13. In many psuchiatric/neurodevelopmental disorders extensive loss of grey matter and damage to white matter tracts is clearly present. In schizophrenia thinning of grey matter all across the brain is extensive, it can reach as much as 25% in some regions. What would be some potential strategies to restore lost grey matter? There is almost no neurogenesis in adult human brain outside a small part of hippocampus.
  14. Clinical trials as of now are very long and expensive, it takes $1-2 bln and 8-10 years for a promising molecule to be tested and approved. MAny promising drugs cannot be tested in trials because they cannot be patented. Are there any potential ways to shorten the process and make it less expensive?
  15. But if you managed to swap someone's whole DNA without causing an autoimmune response, what would happen? Bone structure is fixed in late adolescence-early adulthood so it would not change at all probably - but other things are far from fixed. Skin and hair are growing continuously. Brain structure and function is not fixed either and it is mediated by levels of various neurotransmitters, hormones, enzymes, probably hundreds of different types of proteins that we aren't even aware of yet.
  16. I am one of those people who experienced a sudden spike of interest in all things nuclear after watching HBO's Chernobyl. I meant external source ofc.
  17. Don't ask why I'm asking this I know that in ARS gut lining is destroyed together with bone marrow which is IIRC main reason of death in ARS. What are effects of gamma radiation on other cell types such as muscles, nerve cells, and internal organ tissues?
  18. If we used gene editing to quickly replace someone's DNA (I'm talking of an adult person) with DNA from another person, what would happen to him/her? Since everyone's biochemistry is slightly different, would ut kead to significant physical changes?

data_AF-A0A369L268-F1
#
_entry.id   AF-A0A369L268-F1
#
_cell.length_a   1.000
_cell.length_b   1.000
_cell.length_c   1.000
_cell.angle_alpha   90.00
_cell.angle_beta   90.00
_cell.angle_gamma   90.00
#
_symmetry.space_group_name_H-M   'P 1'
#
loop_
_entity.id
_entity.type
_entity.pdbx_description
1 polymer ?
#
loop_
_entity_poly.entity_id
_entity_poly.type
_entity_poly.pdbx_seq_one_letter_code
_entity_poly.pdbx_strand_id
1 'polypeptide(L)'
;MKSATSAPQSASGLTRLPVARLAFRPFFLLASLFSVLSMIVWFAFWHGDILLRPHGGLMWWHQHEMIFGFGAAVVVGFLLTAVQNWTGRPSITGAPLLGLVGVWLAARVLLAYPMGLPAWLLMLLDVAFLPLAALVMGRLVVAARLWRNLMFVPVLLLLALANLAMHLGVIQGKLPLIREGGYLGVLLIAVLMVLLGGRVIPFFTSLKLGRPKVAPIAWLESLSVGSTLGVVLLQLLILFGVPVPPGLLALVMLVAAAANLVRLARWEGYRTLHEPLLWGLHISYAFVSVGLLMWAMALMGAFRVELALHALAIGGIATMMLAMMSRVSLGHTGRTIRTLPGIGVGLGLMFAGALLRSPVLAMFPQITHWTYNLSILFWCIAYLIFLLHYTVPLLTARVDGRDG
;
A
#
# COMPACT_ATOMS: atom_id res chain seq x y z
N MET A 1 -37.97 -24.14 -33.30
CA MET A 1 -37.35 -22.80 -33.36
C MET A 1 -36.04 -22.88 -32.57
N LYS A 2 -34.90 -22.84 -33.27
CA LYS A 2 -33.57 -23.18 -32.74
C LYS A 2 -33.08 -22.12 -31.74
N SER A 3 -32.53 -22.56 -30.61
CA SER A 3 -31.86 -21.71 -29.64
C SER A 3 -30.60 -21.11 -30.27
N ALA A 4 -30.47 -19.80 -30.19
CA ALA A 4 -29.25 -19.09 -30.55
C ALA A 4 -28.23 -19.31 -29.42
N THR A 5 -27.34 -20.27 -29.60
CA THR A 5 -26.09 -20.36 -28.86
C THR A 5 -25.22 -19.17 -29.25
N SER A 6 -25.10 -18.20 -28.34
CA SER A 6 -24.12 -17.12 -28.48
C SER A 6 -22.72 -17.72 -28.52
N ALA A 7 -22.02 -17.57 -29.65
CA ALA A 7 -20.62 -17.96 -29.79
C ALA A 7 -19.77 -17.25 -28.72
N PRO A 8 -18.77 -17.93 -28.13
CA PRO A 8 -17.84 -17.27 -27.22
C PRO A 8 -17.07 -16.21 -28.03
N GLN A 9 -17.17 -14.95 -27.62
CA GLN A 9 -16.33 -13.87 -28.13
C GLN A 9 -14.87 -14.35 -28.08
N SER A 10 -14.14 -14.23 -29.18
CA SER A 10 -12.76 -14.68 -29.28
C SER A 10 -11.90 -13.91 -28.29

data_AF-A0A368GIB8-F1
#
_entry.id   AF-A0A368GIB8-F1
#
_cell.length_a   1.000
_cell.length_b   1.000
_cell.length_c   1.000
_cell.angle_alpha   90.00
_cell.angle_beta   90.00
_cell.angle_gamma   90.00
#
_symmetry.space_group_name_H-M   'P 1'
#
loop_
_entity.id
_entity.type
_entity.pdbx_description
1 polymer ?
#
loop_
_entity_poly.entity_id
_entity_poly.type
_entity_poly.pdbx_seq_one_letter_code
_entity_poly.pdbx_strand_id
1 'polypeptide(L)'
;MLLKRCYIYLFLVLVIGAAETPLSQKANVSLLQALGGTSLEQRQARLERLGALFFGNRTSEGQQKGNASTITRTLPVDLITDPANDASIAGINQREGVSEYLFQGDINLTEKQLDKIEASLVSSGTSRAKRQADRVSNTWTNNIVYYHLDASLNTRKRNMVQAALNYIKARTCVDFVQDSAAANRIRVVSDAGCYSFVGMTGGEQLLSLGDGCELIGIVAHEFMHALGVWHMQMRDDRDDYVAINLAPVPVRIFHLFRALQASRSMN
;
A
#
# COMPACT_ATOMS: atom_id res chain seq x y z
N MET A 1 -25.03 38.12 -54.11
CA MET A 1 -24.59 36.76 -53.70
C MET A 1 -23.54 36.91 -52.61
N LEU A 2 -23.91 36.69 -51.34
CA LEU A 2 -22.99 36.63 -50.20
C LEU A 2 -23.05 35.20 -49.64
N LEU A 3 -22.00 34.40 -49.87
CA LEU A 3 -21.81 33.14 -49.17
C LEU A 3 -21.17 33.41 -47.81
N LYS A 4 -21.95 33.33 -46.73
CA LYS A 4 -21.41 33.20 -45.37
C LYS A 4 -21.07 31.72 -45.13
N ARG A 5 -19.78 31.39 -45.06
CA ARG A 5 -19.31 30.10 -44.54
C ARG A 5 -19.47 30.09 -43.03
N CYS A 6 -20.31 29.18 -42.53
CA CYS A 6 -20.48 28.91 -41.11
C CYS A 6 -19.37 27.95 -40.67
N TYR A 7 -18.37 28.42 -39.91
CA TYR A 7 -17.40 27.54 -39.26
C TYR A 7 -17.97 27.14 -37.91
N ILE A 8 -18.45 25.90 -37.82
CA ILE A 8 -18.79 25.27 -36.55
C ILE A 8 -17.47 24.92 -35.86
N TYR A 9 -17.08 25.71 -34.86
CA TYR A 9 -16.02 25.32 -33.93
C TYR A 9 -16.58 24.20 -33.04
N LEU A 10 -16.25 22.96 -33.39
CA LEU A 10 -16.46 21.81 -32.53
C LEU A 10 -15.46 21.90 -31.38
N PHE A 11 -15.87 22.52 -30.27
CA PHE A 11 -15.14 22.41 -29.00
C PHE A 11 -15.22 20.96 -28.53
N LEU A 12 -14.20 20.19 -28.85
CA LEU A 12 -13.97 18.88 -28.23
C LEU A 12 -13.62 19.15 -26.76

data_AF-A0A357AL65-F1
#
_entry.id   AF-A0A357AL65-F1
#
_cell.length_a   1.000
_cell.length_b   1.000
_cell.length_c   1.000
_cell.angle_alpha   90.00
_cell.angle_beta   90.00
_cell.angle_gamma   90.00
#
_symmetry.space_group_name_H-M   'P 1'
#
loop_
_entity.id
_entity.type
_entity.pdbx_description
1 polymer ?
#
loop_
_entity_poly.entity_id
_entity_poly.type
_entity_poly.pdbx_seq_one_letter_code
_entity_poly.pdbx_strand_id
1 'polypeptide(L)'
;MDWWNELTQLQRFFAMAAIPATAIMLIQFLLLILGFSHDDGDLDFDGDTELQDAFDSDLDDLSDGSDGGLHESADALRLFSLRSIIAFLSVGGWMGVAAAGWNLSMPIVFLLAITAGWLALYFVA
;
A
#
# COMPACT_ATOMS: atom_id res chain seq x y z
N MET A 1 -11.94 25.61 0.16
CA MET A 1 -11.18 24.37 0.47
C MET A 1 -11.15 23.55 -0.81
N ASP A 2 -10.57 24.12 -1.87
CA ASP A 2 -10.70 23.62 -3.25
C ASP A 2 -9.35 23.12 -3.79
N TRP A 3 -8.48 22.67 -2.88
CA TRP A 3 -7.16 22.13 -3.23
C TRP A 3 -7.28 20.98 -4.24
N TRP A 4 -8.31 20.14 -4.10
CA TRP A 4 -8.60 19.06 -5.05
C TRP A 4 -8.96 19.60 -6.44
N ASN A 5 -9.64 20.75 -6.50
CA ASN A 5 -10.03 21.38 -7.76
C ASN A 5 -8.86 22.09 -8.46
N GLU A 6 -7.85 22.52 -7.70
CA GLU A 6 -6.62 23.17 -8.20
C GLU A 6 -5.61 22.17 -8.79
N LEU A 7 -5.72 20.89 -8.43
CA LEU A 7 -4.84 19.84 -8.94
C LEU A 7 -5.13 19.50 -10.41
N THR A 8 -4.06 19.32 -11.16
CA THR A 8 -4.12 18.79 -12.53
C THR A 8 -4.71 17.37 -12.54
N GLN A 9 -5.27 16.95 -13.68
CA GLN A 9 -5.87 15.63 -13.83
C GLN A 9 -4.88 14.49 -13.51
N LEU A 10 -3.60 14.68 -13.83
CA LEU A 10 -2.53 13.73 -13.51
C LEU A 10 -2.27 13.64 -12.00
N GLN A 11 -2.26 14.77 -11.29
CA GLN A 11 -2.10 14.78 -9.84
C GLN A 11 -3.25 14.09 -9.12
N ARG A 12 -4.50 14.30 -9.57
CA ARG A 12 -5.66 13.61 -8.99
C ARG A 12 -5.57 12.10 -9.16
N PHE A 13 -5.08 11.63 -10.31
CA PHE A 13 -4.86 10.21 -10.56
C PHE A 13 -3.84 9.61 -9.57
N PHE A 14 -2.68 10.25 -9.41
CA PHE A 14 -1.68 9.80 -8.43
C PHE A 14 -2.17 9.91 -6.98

19. Among five higher order personality traits (the Big Five) there is a trait called Neuroticism. It describes a generic tendency to experience negative emotions. Correlation between Neuroticism and depression is ca. 0.7 which is similar to the levels of correlation between various tests for depression/anxiety.
  20. I am a bit confused about what exactlty will be possible with this tech. Imagine the technology is perfected and we are indeed able to perfectly edit DNA of every cell in the body. IT surely opens posibility of genetically engineering embryos - but what about adult humans? Could we alter traits of adult organisms and if yes, to what degree?
  21. What's different in the brains of people who are high on sensation seeking vs average or low sensation seekers?
  22. Psychology is a science because scientific method is used in it as in any other science. Psychology uses scheintific methods of collecting data, analyzing them, conducting experiments etc. And psychology of today is vastly different from the one 50 years ago. It is turning more and more into direction of applied neuroscience - more and more use of brain imaging and hard data rather than hypotheses about phalluses.
  23. What are possible applications of magnetic brain stimulation besides treating depression/anxiety? Can it be used to change certain abilities of the brain or change personality traits? I think it's a fascinating technology that warrants more discussion here.
  24. What's the difference in function between left amygdala and right amygdala/ What function do various sub-parts of the amygdala have?
  • Create New...

Important Information

We have placed cookies on your device to help make this website better. You can adjust your cookie settings, otherwise we'll assume you're okay to continue.